How will we get to net neutrality? Lots of lawyers.
Despite what hundreds of bloggers say, there’s no simple switch you can flick to turn on net neutrality. The Internet is a large, complicated, and commercial space. And so far, the battle between the courts and government agencies prove there’s no simple place to write the rules.
The Internet, whether you like it or not, is a product. We live in a free-market society, so I can pay for faster access to anything. I can pay for a private jet to get somewhere faster. Is the Federal Aviation Administration (FAA) going to make a rule against that?
So, the default, in theory, is that somebody can pay for the fastest Internet. Any attempt to make rules or policies that enforce neutrality are going against the current.
That’s the first problem. The second problem is that the Internet is a technically complex place, with last-mile providers, backbone providers, cloud providers, and caching providers, so it’s not like there’s one central place to ‘control the bandwidth’ or ‘make rules about bandwidth.’
The third problem is the legal one — where and how do you put rules in place? Who has the authority. This is the central issue. The battle right now is at the FCC, but it hasn’t even yet been determined if the FCC has the authority to do it — in fact the courts have already found otherwise, which is why we are where we’re at now.
I found some interesting articles by lawyers on FindLaw which demonstrate this very issue.
Williams Peacock, a lawyer posting on FindLaw.com, points out that the definition of Net Neutrality itself has changed over time. First it meant the ISPs not having the right to slow down specific applications or traffic. Then, with the emergence of pay-for-prioritization deals, it became about whether a company could pay to speed up its traffic.
A watershed legal decision in 2010 sent us down this path. On April 6th, 2010, the U.S . Court of Appeals for the District of Columbia handed down a decision striking down the FCC’s move to stop Comcast from slowing down or interfering with traffic from Bit Torrent, a popular peer-to-peer download service that often contains pirated content.
That decision essentially thwarted the FCC’s past attempts to define neutrality. That led Netflix to make deals with ISPs, including Comcast, to ensure that its traffic could not get slowed — and to protect its customers.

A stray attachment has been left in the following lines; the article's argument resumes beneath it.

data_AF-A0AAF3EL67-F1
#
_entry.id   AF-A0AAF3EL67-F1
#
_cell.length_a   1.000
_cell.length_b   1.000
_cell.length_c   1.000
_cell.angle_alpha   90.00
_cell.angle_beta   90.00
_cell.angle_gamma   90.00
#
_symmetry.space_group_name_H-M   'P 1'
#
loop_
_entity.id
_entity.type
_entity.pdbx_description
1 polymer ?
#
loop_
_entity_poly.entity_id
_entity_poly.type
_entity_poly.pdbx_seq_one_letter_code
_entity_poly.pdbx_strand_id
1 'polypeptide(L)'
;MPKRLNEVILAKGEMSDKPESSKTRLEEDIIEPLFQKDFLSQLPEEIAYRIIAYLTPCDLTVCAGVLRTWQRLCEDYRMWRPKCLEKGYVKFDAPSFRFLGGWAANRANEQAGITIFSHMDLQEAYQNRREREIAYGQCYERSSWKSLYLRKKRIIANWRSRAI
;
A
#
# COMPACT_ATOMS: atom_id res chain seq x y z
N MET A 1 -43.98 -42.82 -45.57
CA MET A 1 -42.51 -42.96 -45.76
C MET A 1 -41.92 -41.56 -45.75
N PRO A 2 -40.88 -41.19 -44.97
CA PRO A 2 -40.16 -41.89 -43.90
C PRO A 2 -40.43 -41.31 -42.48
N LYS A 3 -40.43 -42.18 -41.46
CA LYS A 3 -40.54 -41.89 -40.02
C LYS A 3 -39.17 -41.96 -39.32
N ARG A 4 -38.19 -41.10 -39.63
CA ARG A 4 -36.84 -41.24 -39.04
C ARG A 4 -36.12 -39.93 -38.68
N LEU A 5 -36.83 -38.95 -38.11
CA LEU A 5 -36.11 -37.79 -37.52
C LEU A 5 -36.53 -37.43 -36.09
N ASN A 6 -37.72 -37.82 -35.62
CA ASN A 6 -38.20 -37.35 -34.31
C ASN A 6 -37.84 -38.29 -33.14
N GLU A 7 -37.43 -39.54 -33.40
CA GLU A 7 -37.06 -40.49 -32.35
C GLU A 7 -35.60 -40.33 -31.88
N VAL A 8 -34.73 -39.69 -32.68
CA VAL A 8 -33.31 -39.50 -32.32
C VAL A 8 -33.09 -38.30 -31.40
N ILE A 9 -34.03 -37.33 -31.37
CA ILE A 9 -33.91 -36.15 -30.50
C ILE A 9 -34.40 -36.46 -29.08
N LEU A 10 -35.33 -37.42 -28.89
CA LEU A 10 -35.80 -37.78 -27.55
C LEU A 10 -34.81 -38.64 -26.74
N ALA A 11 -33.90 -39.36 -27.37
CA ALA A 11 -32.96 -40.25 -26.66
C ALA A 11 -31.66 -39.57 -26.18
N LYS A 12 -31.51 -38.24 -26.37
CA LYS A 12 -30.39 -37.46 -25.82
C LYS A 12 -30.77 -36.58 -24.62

Again: Netflix is paying for their right to deliver a better product. In a free-market society anybody can pay for faster access to anything. It’s very tricky to make rules that go against the default.
So that brings us to yesterday. The FCC is now essentially proposing a hack, or workaround to the fact that the courts did not accept their last rules. Peacock calls them “Not Net Neutrality” because they do not explicitly prohibit pay-for-prioritization. In short, the rules say you can’t slow something down, but you can be paid to speed it up. The question is: Isn’t that the same thing, since bandwidth is a zero sum game?
Yes, the FCC is a bunch of bureaucratic suits, and their new rules have been met with a swell of protest and criticism, painting the FCC as being in the pockets of the large broadband service providers. This is probably true. But is this really right to blame the FCC? After all, they were forced into this position by the courts. They just happen to have the football because the game developed in their front yard. So far we haven’t found another football field to play on other than the FCC’s.
Again, it comes back to the orginal Comcast decision in 2010 that forced the FCC into this position. Tanya Roth, another lawyer posting on Find Law, wrote about that case. This one decision was a pivotal time in the history of neutrality, as it stopped the momentum of the FCC moving in the direciton of implementing neutrality rules.
In the Comcast decisioin, the District Court found that the FCC lacks the authority to tell service providers they must provide equal treatment of bandwidth. So, ironically, all of the protestors should be blaming the District Court for the lack of net neutrality policy, instead of the FCC.
This legal development is important because it explains the latest move by the FCC to reclassify broadband as a regulated telecom service. This is more of a legal chess move — a hack — rather than a logical policy move, which leads us to the question of whether this is the right way to do things (probably not).
Let’s summarize: The original debate was about whether service providers could deliberately slow things down. That morphed into a debate about whether service providers could pay to speed things up. Which leads to the debate about whether paying to speed things up is the same as slowing others down.
And now what do we have? It’s largely a jurisdictional battle, with the the District Court having forced the FCC to make a less-regulated service more regulated, so that it can impose more rules on it.
In short, the battle for freedom on the Internet has become about making it less free, so that in theory we might gain more freedom. That doesn’t sound like a strategy that’s going to work out very well.